Boxer Larry Holmes Shares Thoughts on Muhammad Ali

Posted by Gerard Longo on

Larry Holmes, an Easton native and multi-time boxing world heavyweight champion, came to the PPL Public Media Center at PBS39 on Monday morning to share his thoughts regarding the passing of his dear friend, the legendary Muhammad Ali.

Holmes, who defeated Ali during a 1980 heavyweight championship bout at Caesar’s Palace in Las Vegas, spoke with Fox News, MSNBC and ESPN via PBS39’s satellite uplink service. The service enables public figures to conveniently complete live interviews, which are uploaded and broadcast to nationwide audiences.

“I was leaving my office, and they said he wasn’t doing too well,” Holmes said. “I didn’t hear any more about it until my wife woke me up at five in the morning and said, ‘Larry, Ali died.’ It shocked me. I haven’t slept in three days. He was my buddy. He was a friend.”

Holmes spent the morning sharing personal memories of Ali, an intense competitor who is widely recognized as the greatest boxer of all time. Holmes touched on Ali’s famous verbal abilities, which were often used as a self-motivational tool toward success.

“We’d be on the bus, and he’d just be sitting there, saying, ‘I’m the greatest. I’m this. I’m that. I can beat him.’” Holmes remembered. “He was talking to himself, but we were listening.”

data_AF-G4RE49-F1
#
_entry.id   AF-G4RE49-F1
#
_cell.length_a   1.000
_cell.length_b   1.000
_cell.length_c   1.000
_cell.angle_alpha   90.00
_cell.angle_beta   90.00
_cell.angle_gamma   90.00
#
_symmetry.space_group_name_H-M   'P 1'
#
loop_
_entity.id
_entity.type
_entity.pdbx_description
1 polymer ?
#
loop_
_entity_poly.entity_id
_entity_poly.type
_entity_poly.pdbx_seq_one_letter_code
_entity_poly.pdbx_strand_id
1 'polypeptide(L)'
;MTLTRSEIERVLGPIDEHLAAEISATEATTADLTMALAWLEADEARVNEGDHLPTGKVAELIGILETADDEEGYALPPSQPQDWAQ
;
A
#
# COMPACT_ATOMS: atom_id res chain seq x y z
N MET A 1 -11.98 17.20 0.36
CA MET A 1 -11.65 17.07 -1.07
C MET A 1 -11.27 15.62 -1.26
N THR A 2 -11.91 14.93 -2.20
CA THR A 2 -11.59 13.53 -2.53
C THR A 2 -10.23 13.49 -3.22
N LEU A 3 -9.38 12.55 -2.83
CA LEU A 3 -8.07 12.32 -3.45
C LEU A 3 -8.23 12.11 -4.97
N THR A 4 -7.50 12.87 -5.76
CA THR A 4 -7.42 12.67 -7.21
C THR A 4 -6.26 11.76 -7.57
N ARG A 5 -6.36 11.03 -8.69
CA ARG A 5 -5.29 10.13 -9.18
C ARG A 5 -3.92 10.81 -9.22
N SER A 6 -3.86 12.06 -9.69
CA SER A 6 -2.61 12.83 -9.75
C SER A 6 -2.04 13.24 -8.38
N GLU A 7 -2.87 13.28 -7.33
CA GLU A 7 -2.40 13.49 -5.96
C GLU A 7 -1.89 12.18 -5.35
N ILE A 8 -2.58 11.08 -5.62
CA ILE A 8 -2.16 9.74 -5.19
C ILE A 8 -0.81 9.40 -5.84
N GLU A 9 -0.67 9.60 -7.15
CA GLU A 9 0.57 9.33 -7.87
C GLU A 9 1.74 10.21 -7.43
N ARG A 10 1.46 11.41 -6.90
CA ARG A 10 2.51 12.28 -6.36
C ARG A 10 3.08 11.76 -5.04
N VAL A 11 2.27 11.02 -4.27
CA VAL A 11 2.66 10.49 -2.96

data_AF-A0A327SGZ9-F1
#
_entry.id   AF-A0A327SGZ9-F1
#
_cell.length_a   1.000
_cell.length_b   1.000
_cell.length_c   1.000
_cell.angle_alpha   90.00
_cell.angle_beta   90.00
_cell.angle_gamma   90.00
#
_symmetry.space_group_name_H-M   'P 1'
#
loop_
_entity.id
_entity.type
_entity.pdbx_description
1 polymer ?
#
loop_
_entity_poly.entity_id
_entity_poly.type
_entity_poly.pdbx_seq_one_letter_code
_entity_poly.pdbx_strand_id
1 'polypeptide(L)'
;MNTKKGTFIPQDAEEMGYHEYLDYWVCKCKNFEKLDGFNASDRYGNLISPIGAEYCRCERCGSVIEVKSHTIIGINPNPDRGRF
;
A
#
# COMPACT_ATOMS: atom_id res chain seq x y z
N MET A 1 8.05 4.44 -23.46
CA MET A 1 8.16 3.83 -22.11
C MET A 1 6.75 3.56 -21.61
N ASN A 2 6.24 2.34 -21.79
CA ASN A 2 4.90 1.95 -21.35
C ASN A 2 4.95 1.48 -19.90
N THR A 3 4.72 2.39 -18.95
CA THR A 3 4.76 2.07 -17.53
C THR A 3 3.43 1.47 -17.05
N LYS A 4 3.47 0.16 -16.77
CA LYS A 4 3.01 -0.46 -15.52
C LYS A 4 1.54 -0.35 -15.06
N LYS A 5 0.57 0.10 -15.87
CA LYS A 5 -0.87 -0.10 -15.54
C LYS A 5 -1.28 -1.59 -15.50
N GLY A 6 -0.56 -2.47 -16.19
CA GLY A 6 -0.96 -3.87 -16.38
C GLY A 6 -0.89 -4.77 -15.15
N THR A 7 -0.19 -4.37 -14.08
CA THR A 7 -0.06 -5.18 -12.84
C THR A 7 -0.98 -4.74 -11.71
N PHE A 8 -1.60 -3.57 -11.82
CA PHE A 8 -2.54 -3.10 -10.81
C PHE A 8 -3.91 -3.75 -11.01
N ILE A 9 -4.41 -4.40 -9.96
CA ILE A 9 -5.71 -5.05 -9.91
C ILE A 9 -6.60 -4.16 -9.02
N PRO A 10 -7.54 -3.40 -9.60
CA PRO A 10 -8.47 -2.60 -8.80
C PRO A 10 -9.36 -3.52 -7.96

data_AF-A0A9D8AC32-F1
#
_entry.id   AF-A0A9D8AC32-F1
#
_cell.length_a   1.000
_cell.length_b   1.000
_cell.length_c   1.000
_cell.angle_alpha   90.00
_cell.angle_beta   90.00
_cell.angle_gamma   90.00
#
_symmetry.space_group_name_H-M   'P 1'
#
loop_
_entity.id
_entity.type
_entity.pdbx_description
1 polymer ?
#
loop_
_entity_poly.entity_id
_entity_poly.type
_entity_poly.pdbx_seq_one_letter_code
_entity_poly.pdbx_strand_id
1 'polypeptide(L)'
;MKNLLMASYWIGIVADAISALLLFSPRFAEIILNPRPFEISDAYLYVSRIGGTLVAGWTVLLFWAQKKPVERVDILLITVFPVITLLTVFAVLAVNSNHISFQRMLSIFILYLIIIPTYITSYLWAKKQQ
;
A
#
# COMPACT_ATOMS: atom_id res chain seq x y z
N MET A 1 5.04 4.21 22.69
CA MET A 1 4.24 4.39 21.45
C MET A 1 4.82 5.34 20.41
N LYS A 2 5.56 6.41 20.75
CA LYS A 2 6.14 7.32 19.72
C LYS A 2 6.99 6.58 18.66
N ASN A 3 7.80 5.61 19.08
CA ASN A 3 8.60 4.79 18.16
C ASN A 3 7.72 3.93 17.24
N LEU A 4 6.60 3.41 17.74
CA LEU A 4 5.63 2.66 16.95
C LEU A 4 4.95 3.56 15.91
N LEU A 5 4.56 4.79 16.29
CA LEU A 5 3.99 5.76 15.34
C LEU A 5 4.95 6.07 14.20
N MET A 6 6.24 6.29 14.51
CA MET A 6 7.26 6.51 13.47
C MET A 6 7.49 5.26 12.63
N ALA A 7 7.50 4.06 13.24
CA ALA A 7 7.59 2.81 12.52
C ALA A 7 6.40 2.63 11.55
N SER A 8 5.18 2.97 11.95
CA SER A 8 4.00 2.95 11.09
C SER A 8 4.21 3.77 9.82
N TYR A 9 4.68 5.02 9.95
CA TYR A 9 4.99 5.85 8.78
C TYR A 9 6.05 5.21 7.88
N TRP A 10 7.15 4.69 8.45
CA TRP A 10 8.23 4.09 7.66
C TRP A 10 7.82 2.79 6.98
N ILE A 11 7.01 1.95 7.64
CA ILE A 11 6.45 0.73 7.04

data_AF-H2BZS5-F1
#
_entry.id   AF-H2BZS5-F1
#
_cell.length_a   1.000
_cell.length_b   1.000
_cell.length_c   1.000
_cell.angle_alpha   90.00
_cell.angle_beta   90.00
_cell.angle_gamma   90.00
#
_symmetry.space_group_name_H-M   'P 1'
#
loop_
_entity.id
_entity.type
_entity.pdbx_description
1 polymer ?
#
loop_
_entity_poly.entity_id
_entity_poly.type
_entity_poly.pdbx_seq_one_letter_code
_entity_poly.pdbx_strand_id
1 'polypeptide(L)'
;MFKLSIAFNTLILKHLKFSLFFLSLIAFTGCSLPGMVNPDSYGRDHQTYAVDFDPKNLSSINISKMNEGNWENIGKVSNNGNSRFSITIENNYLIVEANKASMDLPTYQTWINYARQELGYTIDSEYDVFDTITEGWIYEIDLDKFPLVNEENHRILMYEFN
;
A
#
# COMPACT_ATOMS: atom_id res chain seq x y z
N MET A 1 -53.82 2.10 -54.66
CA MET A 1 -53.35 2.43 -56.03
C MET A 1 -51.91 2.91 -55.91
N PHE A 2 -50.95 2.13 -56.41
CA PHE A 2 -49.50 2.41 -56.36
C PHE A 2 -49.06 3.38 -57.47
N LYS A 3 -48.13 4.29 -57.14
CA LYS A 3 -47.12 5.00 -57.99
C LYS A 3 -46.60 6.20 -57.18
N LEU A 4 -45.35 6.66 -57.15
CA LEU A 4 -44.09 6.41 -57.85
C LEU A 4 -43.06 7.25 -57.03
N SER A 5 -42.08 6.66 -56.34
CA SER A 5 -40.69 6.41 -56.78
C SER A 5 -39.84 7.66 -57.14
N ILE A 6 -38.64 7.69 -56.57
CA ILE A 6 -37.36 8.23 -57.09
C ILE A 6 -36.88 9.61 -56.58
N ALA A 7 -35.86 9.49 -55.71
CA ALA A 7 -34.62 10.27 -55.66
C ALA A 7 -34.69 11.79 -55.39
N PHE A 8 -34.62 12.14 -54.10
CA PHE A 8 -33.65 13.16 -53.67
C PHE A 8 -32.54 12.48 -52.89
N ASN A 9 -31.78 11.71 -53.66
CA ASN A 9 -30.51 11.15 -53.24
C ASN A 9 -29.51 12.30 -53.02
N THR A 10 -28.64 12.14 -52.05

Ali was also known for his controversial views on political and social issues. Most notably, Ali refused to enter the United States military during the Vietnam War. He was charged with draft evasion and banned from professional boxing from ages 25 to almost 29 – the prime of his career.

“You have to believe in something. If you have no respect for yourself, who are you going to respect?” Holmes said. “He had a right to speak up for himself, his friends, and family.”

Even through his fiery, competitive nature, and controversial views, Ali is remembered most of all by Holmes as a man who loved humanity equally, and who treated all people with respect.

“He was a good guy,” Holmes said. “He loved young people, and would always give hugs and kisses. When my daughter was two years old, he’d pick her up and give her a hug and a kiss.”

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